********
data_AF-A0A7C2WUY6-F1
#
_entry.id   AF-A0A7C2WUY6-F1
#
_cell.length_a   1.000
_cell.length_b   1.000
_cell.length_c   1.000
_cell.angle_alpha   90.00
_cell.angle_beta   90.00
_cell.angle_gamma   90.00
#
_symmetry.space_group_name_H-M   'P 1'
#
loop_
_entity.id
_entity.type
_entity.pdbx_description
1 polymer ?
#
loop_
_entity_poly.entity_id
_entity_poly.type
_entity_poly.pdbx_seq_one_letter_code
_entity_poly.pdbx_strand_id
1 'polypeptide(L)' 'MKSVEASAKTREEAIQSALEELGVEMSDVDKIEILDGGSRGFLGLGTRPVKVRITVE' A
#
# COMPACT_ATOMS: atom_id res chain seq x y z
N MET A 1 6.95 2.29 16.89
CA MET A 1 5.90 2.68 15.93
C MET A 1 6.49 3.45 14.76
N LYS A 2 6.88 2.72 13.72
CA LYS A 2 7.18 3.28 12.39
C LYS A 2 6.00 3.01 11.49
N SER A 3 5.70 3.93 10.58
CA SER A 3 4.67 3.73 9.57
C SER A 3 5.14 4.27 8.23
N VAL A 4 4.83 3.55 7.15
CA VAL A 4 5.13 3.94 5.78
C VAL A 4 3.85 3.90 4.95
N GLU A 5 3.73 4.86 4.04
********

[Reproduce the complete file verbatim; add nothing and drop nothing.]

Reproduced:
data_AF-A0A7C2WUY6-F1
#
_entry.id   AF-A0A7C2WUY6-F1
#
_cell.length_a   1.000
_cell.length_b   1.000
_cell.length_c   1.000
_cell.angle_alpha   90.00
_cell.angle_beta   90.00
_cell.angle_gamma   90.00
#
_symmetry.space_group_name_H-M   'P 1'
#
loop_
_entity.id
_entity.type
_entity.pdbx_description
1 polymer ?
#
loop_
_entity_poly.entity_id
_entity_poly.type
_entity_poly.pdbx_seq_one_letter_code
_entity_poly.pdbx_strand_id
1 'polypeptide(L)' 'MKSVEASAKTREEAIQSALEELGVEMSDVDKIEILDGGSRGFLGLGTRPVKVRITVE' A
#
# COMPACT_ATOMS: atom_id res chain seq x y z
N MET A 1 6.95 2.29 16.89
CA MET A 1 5.90 2.68 15.93
C MET A 1 6.49 3.45 14.76
N LYS A 2 6.88 2.72 13.72
CA LYS A 2 7.18 3.28 12.39
C LYS A 2 6.00 3.01 11.49
N SER A 3 5.70 3.93 10.58
CA SER A 3 4.67 3.73 9.57
C SER A 3 5.14 4.27 8.23
N VAL A 4 4.83 3.55 7.15
CA VAL A 4 5.13 3.94 5.78
C VAL A 4 3.85 3.90 4.95
N GLU A 5 3.73 4.86 4.04